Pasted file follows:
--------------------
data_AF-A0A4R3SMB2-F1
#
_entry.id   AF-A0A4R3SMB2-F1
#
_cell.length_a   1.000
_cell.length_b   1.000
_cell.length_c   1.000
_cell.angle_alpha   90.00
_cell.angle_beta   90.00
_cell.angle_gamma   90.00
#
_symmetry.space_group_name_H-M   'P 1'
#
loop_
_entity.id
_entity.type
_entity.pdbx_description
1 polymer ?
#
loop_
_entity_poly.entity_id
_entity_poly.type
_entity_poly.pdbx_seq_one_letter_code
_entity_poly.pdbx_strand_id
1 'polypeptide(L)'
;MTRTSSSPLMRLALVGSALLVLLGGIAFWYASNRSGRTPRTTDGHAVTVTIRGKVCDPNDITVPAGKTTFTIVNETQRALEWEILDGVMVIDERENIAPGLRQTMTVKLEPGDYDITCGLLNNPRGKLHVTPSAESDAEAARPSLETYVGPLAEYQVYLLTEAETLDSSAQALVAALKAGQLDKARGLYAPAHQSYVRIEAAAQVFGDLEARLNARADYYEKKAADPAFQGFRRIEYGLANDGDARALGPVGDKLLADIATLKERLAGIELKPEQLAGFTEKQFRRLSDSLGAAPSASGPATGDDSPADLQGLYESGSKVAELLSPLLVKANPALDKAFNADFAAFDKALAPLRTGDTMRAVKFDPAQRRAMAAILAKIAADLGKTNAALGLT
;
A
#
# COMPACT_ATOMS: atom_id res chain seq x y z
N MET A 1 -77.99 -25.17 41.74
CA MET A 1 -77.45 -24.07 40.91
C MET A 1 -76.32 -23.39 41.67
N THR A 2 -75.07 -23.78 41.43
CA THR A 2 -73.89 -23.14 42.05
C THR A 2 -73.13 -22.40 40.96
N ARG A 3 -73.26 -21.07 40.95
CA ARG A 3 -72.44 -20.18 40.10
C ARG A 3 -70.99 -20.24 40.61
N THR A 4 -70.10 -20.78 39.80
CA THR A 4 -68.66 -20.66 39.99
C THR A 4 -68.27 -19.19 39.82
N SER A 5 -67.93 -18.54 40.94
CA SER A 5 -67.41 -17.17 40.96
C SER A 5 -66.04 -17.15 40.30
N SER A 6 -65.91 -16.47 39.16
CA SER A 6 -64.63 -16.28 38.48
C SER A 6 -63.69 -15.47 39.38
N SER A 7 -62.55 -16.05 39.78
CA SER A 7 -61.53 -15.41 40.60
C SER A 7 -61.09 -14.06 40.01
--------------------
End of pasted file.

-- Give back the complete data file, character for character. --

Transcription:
data_AF-A0A4R3SMB2-F1
#
_entry.id   AF-A0A4R3SMB2-F1
#
_cell.length_a   1.000
_cell.length_b   1.000
_cell.length_c   1.000
_cell.angle_alpha   90.00
_cell.angle_beta   90.00
_cell.angle_gamma   90.00
#
_symmetry.space_group_name_H-M   'P 1'
#
loop_
_entity.id
_entity.type
_entity.pdbx_description
1 polymer ?
#
loop_
_entity_poly.entity_id
_entity_poly.type
_entity_poly.pdbx_seq_one_letter_code
_entity_poly.pdbx_strand_id
1 'polypeptide(L)'
;MTRTSSSPLMRLALVGSALLVLLGGIAFWYASNRSGRTPRTTDGHAVTVTIRGKVCDPNDITVPAGKTTFTIVNETQRALEWEILDGVMVIDERENIAPGLRQTMTVKLEPGDYDITCGLLNNPRGKLHVTPSAESDAEAARPSLETYVGPLAEYQVYLLTEAETLDSSAQALVAALKAGQLDKARGLYAPAHQSYVRIEAAAQVFGDLEARLNARADYYEKKAADPAFQGFRRIEYGLANDGDARALGPVGDKLLADIATLKERLAGIELKPEQLAGFTEKQFRRLSDSLGAAPSASGPATGDDSPADLQGLYESGSKVAELLSPLLVKANPALDKAFNADFAAFDKALAPLRTGDTMRAVKFDPAQRRAMAAILAKIAADLGKTNAALGLT
;
A
#
# COMPACT_ATOMS: atom_id res chain seq x y z
N MET A 1 -77.99 -25.17 41.74
CA MET A 1 -77.45 -24.07 40.91
C MET A 1 -76.32 -23.39 41.67
N THR A 2 -75.07 -23.78 41.43
CA THR A 2 -73.89 -23.14 42.05
C THR A 2 -73.13 -22.40 40.96
N ARG A 3 -73.26 -21.07 40.95
CA ARG A 3 -72.44 -20.18 40.10
C ARG A 3 -70.99 -20.24 40.61
N THR A 4 -70.10 -20.78 39.80
CA THR A 4 -68.66 -20.66 39.99
C THR A 4 -68.27 -19.19 39.82
N SER A 5 -67.93 -18.54 40.94
CA SER A 5 -67.41 -17.17 40.96
C SER A 5 -66.04 -17.15 40.30
N SER A 6 -65.91 -16.47 39.16
CA SER A 6 -64.63 -16.28 38.48
C SER A 6 -63.69 -15.47 39.38
N SER A 7 -62.55 -16.05 39.78
CA SER A 7 -61.53 -15.41 40.60
C SER A 7 -61.09 -14.06 40.01